Kellum Clark circles the bases after hitting a two-run homer in the eighth inning, cutting Virginia’s lead to 4-2 and propelling the Mississippi State Bulldogs to a 6-5 victory in the College World Series Tuesday night. (AP Photo/John Peterson)

Down 4-0 and hitless for seven and two-thirds innings, Mississippi State Tuesday night somehow found a way to victory. SEC Player of the Year Tanner Allen surely helped. So did some splendid relief pitching. And a questionable decision by the opposing coach surely didn’t hurt.

The Bulldogs came off the mat with a six-run eighth inning to defeat Virginia 6-5 and climb snugly into the driver’s seat of its bracket in the College World Series. The Bulldogs, who now have two days off, are one victory away from playing in the best-two-of-three national championship series that starts next Monday.

Rick Cleveland

“We just believe in each other,” Allen said afterward. ”We keep playing no matter what.”

Allen’s three-run home run in the top of the eighth inning was the game’s biggest blow and put the Bulldogs on top 5-4. The thing is, Virginia didn’t have to pitch to him.

Here was the situation: The Bulldogs, trailing 4-2, had runners at second and third and one out. First base was open. Yeah, I know, you never want to put the go-ahead run, which Allen represented, on base. Then again, do you really want to pitch to Allen, he of the .387 batting average, the 10 home runs and 62 RBI — he who bleeds clutch? 

I wouldn’t have. Said so at the time. Would you? Virginia coach Brian O’Connor did. And Allen blasted a laser of a home run well over the right centerfield fence.

“Obviously, he’s a tremendous player,” O’Connor said of Allen. “He’s the kind of player that you could sit there and say, ‘You don’t want him to beat you.’ But you also don’t want to walk him because his run takes the lead. So you want to make him earn it. And to his credit he did. He made us pay for it.”

Allen wasn’t expecting much to hit.

“We had a base open and I knew he wasn’t going throw me a fastball, so I sat on the slider,” Allen said. “He threw it and I put a good swing on it.”

State had put precious few good swings on any pitch through the first seven innings. Virginia pitcher Griff McGarry was masterful, painting corners with a 97 mph fastball and keeping the Bulldogs honest with a quality slider. McGarry had struck out eight Bulldogs and had held the Bulldogs hitless entering the eighth.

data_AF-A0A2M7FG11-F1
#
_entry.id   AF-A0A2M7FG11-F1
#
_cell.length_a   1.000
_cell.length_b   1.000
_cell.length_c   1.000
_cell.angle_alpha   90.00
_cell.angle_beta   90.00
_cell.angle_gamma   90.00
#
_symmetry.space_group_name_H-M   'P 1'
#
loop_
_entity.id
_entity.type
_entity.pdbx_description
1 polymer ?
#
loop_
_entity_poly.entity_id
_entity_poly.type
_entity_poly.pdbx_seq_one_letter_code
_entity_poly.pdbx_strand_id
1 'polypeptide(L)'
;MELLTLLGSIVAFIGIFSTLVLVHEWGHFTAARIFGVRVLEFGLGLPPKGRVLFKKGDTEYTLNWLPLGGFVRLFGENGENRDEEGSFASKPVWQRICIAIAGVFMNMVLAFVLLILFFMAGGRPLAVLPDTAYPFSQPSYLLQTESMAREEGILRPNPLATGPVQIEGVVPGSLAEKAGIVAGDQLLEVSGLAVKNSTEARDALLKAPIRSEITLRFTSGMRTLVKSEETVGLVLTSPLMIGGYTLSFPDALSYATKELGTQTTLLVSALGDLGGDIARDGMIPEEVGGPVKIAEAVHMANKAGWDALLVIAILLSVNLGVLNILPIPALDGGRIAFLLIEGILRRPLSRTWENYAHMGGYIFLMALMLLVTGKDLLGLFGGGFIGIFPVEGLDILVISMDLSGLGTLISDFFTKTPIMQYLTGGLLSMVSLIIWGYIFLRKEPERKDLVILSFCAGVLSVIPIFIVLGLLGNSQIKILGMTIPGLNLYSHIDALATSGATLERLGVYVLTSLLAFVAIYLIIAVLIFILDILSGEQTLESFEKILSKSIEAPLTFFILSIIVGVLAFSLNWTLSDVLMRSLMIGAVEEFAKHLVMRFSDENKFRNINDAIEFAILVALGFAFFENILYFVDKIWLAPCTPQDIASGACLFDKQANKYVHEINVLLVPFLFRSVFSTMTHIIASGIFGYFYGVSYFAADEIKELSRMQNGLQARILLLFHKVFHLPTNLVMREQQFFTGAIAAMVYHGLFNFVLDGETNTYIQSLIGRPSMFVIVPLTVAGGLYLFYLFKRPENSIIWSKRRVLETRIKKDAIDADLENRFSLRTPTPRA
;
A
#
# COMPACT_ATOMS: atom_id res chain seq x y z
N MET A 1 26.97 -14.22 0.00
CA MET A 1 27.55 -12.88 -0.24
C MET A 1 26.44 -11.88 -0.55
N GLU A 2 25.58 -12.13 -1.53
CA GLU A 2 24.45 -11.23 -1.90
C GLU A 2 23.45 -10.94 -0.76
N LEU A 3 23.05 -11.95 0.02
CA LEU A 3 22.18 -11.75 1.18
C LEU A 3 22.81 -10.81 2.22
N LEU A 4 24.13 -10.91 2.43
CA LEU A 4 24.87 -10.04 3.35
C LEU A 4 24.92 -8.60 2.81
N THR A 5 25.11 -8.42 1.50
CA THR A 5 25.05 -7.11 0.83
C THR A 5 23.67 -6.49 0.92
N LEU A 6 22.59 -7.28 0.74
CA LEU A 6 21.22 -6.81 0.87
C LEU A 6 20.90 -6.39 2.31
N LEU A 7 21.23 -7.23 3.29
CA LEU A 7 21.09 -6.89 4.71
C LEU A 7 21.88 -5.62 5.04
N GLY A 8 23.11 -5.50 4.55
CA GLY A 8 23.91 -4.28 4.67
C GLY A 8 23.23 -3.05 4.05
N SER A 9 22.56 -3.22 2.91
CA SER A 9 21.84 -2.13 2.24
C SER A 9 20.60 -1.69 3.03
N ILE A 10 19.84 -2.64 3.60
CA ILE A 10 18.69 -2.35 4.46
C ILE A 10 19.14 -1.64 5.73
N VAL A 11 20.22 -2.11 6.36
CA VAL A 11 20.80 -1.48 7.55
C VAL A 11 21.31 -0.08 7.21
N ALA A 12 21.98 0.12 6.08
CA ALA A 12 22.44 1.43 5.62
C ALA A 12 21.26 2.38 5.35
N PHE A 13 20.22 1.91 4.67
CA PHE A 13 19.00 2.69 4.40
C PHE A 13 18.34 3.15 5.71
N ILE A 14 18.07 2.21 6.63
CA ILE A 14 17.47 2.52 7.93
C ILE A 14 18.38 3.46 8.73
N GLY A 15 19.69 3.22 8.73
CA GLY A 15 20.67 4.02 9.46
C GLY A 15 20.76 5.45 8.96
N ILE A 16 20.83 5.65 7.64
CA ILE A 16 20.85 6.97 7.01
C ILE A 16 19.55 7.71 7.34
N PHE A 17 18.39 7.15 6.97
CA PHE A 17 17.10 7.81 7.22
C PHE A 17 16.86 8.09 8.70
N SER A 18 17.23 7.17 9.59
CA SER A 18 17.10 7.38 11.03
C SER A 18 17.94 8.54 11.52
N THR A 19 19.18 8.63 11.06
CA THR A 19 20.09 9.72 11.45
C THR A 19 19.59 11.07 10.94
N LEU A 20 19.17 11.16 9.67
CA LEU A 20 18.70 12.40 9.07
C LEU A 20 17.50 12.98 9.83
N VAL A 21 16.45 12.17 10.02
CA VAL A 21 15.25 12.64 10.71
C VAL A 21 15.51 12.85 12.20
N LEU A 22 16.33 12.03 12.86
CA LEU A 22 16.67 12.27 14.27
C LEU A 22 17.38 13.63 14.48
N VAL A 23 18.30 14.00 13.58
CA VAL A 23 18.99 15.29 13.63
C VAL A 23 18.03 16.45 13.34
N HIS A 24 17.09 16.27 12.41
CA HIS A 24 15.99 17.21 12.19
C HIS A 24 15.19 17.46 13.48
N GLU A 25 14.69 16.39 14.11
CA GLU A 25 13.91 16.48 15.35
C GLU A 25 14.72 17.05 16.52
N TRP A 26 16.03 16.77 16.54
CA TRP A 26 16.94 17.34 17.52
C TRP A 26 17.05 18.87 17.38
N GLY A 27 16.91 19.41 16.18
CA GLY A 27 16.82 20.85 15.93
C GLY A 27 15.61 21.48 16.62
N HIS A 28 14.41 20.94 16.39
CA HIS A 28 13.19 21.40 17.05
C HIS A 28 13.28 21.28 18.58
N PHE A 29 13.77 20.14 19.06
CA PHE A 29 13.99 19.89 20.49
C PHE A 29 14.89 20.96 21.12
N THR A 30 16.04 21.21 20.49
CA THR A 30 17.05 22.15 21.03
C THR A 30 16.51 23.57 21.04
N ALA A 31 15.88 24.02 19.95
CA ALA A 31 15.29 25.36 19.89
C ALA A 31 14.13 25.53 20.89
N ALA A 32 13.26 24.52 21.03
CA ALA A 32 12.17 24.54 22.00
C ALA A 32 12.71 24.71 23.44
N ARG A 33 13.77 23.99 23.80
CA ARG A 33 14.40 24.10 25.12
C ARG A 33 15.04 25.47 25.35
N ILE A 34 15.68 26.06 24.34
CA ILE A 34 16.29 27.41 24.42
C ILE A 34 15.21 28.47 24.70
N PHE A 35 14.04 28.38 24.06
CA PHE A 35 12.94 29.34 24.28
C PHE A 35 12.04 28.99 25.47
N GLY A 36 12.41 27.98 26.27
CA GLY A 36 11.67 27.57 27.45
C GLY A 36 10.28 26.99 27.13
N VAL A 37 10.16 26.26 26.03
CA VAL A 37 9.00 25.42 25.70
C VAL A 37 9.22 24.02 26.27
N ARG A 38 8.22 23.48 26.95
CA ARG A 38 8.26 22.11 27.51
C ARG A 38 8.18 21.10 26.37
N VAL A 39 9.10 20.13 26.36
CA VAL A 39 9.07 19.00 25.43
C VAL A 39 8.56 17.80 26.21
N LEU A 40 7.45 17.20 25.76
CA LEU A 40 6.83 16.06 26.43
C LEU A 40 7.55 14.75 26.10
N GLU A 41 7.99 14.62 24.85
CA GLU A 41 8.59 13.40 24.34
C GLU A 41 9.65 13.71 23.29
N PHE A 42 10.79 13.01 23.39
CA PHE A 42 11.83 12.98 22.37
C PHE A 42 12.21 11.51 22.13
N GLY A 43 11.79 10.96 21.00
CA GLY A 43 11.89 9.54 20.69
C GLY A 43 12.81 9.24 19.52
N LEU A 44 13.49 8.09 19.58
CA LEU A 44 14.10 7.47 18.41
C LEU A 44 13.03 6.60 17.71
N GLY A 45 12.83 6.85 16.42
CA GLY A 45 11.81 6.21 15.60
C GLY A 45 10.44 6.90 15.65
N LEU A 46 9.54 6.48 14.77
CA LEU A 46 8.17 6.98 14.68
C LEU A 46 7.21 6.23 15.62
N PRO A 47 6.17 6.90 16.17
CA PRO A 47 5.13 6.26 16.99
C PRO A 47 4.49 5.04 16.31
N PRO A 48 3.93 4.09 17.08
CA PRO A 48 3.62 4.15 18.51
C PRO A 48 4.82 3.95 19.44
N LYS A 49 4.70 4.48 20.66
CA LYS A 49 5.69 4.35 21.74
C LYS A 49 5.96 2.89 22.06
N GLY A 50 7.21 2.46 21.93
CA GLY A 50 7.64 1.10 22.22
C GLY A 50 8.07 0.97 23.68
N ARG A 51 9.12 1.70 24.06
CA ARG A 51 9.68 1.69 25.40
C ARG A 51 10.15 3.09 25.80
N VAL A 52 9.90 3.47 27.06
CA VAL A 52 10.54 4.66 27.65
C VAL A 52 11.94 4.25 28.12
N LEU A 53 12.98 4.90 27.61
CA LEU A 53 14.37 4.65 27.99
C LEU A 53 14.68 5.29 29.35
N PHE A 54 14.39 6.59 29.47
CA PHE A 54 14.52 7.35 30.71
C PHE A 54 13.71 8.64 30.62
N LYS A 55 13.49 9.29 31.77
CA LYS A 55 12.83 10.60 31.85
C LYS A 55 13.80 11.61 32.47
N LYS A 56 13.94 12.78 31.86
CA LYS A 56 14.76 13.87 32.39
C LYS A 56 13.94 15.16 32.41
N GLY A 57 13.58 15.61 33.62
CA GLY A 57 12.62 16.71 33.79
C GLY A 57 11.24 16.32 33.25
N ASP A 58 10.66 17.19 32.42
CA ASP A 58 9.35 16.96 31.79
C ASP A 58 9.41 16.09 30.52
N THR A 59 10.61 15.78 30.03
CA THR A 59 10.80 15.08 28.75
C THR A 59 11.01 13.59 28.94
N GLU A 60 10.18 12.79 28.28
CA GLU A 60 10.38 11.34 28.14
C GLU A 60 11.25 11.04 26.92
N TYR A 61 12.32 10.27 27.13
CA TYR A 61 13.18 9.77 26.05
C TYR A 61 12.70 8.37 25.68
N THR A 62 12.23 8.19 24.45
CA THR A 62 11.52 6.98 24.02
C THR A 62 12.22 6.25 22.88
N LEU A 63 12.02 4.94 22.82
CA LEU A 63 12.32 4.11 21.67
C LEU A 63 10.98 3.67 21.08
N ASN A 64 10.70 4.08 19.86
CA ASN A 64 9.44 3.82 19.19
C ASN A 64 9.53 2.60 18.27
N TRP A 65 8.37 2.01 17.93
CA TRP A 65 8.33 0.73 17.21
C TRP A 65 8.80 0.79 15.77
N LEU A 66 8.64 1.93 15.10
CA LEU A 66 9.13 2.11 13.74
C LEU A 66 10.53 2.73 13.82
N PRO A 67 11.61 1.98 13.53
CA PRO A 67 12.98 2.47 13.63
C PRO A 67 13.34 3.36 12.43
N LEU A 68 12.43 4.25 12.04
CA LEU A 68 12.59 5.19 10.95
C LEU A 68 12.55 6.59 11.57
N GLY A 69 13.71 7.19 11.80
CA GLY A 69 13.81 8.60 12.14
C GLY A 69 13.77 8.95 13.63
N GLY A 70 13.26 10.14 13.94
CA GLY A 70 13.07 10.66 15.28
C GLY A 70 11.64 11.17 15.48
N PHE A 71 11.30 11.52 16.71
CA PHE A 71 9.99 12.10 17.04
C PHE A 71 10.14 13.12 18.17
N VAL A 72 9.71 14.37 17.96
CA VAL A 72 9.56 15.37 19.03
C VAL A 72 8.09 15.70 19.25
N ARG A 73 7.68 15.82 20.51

But then Kellum Clark’s two-run home run, State’s first hit, cut the lead in half at 4-2. Josh Hatcher singled and Rowdey Jordan doubled, setting the stage for Allen’s heroics.

The Bulldogs had the lead but they weren’t finished. Scotty Dubrule added a run-scoring single for State’s sixth run of the inning and what would prove to be the winning run. Chris Newell’s opposite field home run off State’s Stone Simmons cut the Bulldog lead to 6-5. Simmons was the seventh State pitcher. The Bulldogs would need an eighth to seal the deal. And you can probably guess who Chris Lemonis went to with two out in the eighth inning. Yes, he called on Landon Sims, who had thrown 52 pitches Sunday night, saving State’s 2-1 victory over Texas. 

Sims didn’t have his best stuff, but he had enough. He threw more breaking pitches than usual. His fastball, normally in the mid-90s, topped out at 89-90. But he gutted it out. Really, all the Bulldogs did.  

“I felt good,” Sims would say. “I wanted the last three outs no matter what.”

He got the last four, retiring all four batters he faced, the last on a strikeout.

Said Allen of Sims, “That guy gives it all he’s got every time he goes to the mound. … That guy’s unbelievable.

And so it is that the Bulldogs have two days off. The two teams they have already beaten, Texas and Virginia, will play Thursday night, for the right to play the Bulldogs on Friday. That Thursday winner would have to beat State twice.

In other words, the Bulldogs are right where they want to be: just three victories from a national championship.

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Rick Cleveland, a native of Hattiesburg and resident of Jackson, has been Mississippi Today’s sports columnist since 2016. A graduate of the University of Southern Mississippi with a bachelor’s in journalism, Rick has worked for the Monroe (La.) News Star World, Jackson Daily News and Clarion Ledger. He was sports editor of Hattiesburg American, executive director of the Mississippi Sports Hall of Fame. His work as a syndicated columnist and celebrated sports writer has appeared in numerous magazines, periodicals and newspapers.
Rick has been recognized 13 times as Mississippi Sports Writer of the Year, and is recipient of multiple awards and honors for his reporting and writing.